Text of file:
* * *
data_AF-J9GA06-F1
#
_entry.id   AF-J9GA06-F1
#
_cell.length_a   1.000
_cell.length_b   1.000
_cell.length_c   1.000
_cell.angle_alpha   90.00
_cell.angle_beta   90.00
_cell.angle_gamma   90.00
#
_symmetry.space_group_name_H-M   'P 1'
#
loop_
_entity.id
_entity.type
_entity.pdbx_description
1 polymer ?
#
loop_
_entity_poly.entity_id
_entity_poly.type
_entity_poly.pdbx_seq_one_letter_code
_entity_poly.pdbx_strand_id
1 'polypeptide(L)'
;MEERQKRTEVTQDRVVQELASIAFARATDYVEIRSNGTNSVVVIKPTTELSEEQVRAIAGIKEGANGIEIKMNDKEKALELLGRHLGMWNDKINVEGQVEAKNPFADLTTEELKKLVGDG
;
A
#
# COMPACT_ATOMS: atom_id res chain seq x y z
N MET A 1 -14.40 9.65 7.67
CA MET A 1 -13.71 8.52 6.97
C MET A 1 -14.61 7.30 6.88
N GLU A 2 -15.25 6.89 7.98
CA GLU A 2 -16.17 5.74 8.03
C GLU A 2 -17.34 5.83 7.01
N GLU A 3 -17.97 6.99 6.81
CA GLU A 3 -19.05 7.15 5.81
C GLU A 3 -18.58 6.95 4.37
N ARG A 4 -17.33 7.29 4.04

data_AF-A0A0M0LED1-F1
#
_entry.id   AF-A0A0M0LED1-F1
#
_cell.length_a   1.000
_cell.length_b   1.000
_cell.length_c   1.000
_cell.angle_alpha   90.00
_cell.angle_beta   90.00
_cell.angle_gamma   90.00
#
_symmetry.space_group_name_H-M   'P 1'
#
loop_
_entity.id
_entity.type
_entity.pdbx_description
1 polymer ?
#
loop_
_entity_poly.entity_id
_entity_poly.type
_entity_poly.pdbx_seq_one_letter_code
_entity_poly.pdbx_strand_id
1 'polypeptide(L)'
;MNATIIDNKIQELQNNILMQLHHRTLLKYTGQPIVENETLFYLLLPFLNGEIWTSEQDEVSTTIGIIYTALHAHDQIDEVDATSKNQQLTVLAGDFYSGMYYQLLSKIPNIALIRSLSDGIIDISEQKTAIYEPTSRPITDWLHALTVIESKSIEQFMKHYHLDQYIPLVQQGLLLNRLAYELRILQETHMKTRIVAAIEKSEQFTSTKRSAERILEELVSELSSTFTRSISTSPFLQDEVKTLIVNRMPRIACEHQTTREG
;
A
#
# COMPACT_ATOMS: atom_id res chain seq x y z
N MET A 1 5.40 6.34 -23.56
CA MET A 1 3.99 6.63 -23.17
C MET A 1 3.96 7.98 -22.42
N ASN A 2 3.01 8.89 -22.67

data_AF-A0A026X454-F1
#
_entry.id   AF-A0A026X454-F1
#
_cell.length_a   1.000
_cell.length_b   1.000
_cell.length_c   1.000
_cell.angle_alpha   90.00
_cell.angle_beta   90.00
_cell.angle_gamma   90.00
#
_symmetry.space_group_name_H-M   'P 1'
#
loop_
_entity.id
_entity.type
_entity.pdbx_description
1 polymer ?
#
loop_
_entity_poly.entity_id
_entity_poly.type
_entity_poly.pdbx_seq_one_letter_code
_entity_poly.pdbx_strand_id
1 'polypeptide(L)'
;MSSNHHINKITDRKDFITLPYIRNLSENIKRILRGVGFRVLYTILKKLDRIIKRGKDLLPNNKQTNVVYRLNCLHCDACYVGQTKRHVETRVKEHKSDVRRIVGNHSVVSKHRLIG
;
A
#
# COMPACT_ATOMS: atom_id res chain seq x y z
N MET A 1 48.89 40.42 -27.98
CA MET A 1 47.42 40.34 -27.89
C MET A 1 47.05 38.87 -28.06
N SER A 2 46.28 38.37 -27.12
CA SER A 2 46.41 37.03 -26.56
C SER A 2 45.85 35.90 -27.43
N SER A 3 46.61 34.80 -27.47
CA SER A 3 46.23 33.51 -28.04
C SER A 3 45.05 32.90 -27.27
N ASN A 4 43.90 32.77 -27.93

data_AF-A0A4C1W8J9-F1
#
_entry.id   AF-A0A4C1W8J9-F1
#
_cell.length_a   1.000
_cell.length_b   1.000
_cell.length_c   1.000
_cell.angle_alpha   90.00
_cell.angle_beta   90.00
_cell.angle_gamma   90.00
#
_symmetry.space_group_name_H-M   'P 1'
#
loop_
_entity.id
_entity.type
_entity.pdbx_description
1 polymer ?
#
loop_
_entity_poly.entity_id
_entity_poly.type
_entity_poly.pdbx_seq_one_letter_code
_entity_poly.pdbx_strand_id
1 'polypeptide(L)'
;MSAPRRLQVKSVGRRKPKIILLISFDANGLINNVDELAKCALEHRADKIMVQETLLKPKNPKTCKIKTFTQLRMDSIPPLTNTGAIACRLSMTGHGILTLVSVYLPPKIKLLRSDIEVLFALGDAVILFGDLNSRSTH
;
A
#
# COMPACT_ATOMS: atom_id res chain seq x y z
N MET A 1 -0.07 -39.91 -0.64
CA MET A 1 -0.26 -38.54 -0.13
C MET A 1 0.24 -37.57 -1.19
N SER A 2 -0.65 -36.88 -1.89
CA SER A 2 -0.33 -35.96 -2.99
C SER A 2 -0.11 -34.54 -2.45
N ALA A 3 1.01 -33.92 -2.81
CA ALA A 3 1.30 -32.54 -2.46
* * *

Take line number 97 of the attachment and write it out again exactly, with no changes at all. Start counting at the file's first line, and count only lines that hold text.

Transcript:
_entity_poly.pdbx_seq_one_letter_code